Back when I still went to bars in Atlanta, on one particular evening, I ended up at legendary music venue Eddie’s Attic listening to Michelle Malone. I’ve seen two of her live shows, and I along with other obsessed fans can tell you that she is a R.O.C.K. G.O.D.D.E.S.S. As a Rock Goddess, she was especially on fire the night that I saw her play for the 2nd time. One song she played was particularly memorable, although I didn’t know the name. The audience was feeling it, the band was feeling it, and so was I. When the song finished, there was this vacuum of air in the room created by the energy of the music, the band and the audience. We were all dripping with sweat. A breathless Michelle Malone looked out into the audience and said in her deep, sultry, rock goddessy-voice, “well…that was religious,” and the audience went nuts screaming, applauding and stomping on the floor. I consider that show one of my peak experiences as a concert goer.
In continuing with working on building my own credo for software, I’m starting to really get to the heart of the matter as I ponder “religious experiences” with peaks, plateaus and valley’s in the context of making software. I almost skipped this section because I wasn’t sure this would really fit in with looking at software. As I was debating this in my mind, my friend, Lanette, was in town, and I mentioned it to her. “Oh, there’s religion here.” She said. “What do you believe in strongly enough to sacrifice your standing in the community?” she asked.
We all end up with our own strong beliefs about software eventually. It’s those “a-ha” moments or the sad lessons from “death march” projects that ultimately show us what works for making software and what doesn’t. These experiences are the peaks, plateaus or valleys of our working life and we earn them. I would even go so far as to say that it’s not just the practical experience we have in software but the lessons we bring from outside into software that also shape us as software makers. Connecting our experiences with what we learn from them ultimately results in beliefs we feel strongly about, and when we talk about these beliefs with others they become an expression of who we are.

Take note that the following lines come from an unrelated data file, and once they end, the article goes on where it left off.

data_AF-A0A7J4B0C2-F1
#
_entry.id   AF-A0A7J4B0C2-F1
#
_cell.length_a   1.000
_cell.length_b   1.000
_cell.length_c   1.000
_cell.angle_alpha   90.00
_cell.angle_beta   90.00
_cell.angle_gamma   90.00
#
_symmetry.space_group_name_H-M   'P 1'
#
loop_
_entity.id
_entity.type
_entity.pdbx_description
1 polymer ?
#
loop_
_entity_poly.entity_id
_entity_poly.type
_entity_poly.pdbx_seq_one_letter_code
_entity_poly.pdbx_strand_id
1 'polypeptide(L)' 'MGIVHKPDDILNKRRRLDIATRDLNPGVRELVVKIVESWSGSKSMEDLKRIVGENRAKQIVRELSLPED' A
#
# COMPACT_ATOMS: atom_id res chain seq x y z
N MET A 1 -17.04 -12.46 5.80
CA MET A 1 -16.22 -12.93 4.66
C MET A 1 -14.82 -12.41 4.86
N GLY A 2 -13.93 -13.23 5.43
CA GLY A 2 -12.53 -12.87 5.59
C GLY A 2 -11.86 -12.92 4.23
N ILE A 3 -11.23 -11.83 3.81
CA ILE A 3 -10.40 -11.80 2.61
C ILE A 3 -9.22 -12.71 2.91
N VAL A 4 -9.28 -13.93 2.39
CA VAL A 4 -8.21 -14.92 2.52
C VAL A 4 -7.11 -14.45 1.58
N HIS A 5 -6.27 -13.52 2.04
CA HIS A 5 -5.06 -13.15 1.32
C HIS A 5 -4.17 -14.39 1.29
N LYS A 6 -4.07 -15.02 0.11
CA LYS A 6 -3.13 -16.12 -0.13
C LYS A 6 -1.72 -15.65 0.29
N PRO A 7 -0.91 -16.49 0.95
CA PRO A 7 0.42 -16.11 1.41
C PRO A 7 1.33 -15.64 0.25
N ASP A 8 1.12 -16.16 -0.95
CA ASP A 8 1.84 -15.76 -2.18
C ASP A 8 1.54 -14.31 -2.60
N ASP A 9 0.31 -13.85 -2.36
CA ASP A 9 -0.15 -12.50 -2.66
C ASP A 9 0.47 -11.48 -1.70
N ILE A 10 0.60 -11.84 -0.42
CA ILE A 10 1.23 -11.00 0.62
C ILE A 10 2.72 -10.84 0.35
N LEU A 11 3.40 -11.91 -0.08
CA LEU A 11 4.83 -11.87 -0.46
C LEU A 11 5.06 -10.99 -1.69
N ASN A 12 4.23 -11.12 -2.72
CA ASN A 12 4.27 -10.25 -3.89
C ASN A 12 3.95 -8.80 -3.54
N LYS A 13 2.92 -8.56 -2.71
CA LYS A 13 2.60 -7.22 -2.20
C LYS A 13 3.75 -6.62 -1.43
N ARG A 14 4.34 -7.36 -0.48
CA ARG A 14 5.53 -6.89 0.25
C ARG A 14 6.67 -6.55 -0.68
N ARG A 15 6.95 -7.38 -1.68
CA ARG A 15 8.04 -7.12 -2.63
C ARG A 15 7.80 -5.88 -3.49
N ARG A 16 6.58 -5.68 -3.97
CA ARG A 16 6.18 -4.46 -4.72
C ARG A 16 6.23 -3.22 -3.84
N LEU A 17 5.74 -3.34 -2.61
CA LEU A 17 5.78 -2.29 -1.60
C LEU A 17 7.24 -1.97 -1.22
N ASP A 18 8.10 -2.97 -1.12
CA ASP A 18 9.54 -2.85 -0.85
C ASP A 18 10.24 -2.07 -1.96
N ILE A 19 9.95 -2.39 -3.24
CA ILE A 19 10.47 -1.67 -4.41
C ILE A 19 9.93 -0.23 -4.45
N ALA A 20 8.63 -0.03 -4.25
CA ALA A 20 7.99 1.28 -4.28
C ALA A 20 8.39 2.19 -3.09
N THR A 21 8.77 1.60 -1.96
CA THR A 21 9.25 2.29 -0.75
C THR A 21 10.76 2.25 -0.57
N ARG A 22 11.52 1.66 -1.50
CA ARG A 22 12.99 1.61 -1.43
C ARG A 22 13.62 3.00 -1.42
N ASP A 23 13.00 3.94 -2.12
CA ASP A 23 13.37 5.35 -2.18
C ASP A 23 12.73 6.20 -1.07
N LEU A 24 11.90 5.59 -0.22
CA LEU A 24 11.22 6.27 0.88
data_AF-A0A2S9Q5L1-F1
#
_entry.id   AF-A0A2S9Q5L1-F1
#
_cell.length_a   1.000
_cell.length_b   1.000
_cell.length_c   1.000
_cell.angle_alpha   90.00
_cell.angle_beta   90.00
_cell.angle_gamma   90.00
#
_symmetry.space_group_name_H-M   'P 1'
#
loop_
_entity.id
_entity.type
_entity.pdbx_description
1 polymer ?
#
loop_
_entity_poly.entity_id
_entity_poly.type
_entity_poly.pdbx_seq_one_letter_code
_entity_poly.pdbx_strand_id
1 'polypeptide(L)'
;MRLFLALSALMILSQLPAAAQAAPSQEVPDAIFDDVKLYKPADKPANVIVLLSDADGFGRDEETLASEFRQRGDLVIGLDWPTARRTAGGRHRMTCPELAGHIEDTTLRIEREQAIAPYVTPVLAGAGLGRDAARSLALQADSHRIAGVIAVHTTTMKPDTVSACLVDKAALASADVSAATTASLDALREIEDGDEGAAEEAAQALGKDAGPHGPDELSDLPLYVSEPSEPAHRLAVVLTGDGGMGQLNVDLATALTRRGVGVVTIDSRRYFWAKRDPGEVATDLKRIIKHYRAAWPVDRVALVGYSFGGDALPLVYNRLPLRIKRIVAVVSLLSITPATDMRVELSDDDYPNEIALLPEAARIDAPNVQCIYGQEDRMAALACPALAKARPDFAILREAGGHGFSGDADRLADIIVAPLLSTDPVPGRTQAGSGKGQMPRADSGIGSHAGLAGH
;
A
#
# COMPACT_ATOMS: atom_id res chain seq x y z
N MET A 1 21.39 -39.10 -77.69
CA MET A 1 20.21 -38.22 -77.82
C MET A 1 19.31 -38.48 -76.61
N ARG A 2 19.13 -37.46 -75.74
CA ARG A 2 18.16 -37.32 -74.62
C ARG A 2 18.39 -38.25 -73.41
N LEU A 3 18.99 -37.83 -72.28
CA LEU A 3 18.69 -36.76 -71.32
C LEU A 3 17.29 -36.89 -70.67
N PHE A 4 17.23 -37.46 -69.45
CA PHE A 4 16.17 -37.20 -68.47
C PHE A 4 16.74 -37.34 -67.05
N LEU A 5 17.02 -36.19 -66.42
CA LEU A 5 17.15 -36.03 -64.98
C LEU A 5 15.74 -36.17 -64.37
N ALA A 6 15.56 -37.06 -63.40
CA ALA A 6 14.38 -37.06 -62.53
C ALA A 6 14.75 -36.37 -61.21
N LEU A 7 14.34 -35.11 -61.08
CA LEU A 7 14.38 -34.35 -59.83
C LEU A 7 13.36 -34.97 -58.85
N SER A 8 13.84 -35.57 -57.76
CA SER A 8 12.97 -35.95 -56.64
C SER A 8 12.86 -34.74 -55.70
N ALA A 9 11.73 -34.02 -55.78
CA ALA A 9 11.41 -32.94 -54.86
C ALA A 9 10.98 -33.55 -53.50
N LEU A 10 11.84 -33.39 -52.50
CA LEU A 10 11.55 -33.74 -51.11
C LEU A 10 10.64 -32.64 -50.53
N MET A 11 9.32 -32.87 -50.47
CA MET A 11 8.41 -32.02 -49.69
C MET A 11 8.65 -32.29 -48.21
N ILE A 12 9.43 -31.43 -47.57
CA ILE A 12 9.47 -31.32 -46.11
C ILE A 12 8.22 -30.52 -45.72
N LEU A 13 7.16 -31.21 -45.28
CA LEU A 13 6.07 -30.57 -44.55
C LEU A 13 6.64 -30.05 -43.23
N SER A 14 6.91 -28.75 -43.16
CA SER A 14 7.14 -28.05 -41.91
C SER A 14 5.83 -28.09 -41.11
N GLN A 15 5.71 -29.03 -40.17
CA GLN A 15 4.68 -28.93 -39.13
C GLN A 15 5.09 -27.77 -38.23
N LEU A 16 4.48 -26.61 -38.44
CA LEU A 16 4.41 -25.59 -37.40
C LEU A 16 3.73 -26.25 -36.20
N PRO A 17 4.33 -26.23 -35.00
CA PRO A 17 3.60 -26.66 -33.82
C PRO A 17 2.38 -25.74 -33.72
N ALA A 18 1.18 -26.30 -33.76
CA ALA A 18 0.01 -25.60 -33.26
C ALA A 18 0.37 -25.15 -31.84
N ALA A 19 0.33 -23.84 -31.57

Here are a few posts that, to me, look like they revolve around a deep realization or experience the writer has had in connection to the making of software. If you read them, think about whether each one is a peak, a plateau or a valley.
After reading through the posts, I went back through my own looking for one where I was taking a strong stand. Even though I consider myself an opinionated person, this was more challenging than I thought it would be, but I ended up choosing “My Post About Gender and Diversity.” When I wrote that post, I very much felt backed into a corner. This wasn’t a post I ever would have written if I hadn’t felt unfairly pushed into it (there’s no excuse for that, not even a great post), but I guess that’s life, and ultimately, I’m quite proud of what I wrote.
Working through these has given me the desire to uncover more of my beliefs and to write about them. I’m also thinking about peak or plateau experiences I’ve had as a way to round out some of the negative experiences. I love Elisabeth’s post because she has this great peak experience that justifies opinions she already had.
If you’d like to consider your own experiences and how they connect to your beliefs, here are a few questions to get you started:
Have you ever had an ecstatic experience while working with software?
Have you ever made deep realizations about the way you work or about the work that makes you happiest? Have you ever realized that you needed to change course with something you were doing in a big way?